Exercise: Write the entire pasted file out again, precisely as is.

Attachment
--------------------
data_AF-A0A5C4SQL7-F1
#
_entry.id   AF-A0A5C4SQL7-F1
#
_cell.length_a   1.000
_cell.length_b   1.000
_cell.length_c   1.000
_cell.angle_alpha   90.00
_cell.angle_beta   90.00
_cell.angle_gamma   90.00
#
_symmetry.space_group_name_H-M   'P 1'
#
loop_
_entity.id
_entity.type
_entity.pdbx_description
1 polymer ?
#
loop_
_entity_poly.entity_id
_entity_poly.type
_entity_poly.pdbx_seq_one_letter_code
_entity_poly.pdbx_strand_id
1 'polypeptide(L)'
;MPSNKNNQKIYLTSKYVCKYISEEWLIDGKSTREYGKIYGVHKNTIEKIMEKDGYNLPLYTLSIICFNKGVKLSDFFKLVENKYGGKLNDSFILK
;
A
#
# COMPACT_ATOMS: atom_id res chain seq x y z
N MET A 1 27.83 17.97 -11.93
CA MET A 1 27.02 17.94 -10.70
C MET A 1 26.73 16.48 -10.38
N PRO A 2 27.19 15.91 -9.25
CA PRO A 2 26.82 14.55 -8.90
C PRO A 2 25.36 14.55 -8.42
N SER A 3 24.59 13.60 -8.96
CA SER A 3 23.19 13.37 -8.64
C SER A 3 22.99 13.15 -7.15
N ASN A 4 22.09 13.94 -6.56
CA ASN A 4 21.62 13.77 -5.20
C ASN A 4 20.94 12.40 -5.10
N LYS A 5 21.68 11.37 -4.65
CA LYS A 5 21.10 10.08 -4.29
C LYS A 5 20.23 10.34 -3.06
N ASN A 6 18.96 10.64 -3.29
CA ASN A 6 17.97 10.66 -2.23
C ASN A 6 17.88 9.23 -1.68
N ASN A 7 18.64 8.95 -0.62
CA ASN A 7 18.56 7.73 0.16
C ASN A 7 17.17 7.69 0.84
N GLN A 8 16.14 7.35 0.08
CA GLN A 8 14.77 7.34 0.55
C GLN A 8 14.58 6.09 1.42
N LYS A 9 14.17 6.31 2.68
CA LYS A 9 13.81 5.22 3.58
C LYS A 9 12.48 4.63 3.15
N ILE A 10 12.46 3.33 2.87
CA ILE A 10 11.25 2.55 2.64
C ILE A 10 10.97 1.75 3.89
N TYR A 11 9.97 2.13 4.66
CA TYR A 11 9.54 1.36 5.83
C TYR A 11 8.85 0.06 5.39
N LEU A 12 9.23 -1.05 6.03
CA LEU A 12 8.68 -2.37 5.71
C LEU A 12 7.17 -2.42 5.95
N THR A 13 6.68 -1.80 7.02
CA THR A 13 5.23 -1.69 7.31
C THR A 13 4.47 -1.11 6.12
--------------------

data_AF-A0A5C4SQL7-F1
#
_entry.id   AF-A0A5C4SQL7-F1
#
_cell.length_a   1.000
_cell.length_b   1.000
_cell.length_c   1.000
_cell.angle_alpha   90.00
_cell.angle_beta   90.00
_cell.angle_gamma   90.00
#
_symmetry.space_group_name_H-M   'P 1'
#
loop_
_entity.id
_entity.type
_entity.pdbx_description
1 polymer ?
#
loop_
_entity_poly.entity_id
_entity_poly.type
_entity_poly.pdbx_seq_one_letter_code
_entity_poly.pdbx_strand_id
1 'polypeptide(L)'
;MPSNKNNQKIYLTSKYVCKYISEEWLIDGKSTREYGKIYGVHKNTIEKIMEKDGYNLPLYTLSIICFNKGVKLSDFFKLVENKYGGKLNDSFILK
;
A
#
# COMPACT_ATOMS: atom_id res chain seq x y z
N MET A 1 27.83 17.97 -11.93
CA MET A 1 27.02 17.94 -10.70
C MET A 1 26.73 16.48 -10.38
N PRO A 2 27.19 15.91 -9.25
CA PRO A 2 26.82 14.55 -8.90
C PRO A 2 25.36 14.55 -8.42
N SER A 3 24.59 13.60 -8.96
CA SER A 3 23.19 13.37 -8.64
C SER A 3 22.99 13.15 -7.15
N ASN A 4 22.09 13.94 -6.56
CA ASN A 4 21.62 13.77 -5.20
C ASN A 4 20.94 12.40 -5.10
N LYS A 5 21.68 11.37 -4.65
CA LYS A 5 21.10 10.08 -4.29
C LYS A 5 20.23 10.34 -3.06
N ASN A 6 18.96 10.64 -3.29
CA ASN A 6 17.97 10.66 -2.23
C ASN A 6 17.88 9.23 -1.68
N ASN A 7 18.64 8.95 -0.62
CA ASN A 7 18.56 7.73 0.16
C ASN A 7 17.17 7.69 0.84
N GLN A 8 16.14 7.35 0.08
CA GLN A 8 14.77 7.34 0.55
C GLN A 8 14.58 6.09 1.42
N LYS A 9 14.17 6.31 2.68
CA LYS A 9 13.81 5.22 3.58
C LYS A 9 12.48 4.63 3.15
N ILE A 10 12.46 3.33 2.87
CA ILE A 10 11.25 2.55 2.64
C ILE A 10 10.97 1.75 3.89
N TYR A 11 9.97 2.13 4.66
CA TYR A 11 9.54 1.36 5.83
C TYR A 11 8.85 0.06 5.39
N LEU A 12 9.23 -1.05 6.03
CA LEU A 12 8.68 -2.37 5.71
C LEU A 12 7.17 -2.42 5.95
N THR A 13 6.68 -1.80 7.02
CA THR A 13 5.23 -1.69 7.31
C THR A 13 4.47 -1.11 6.12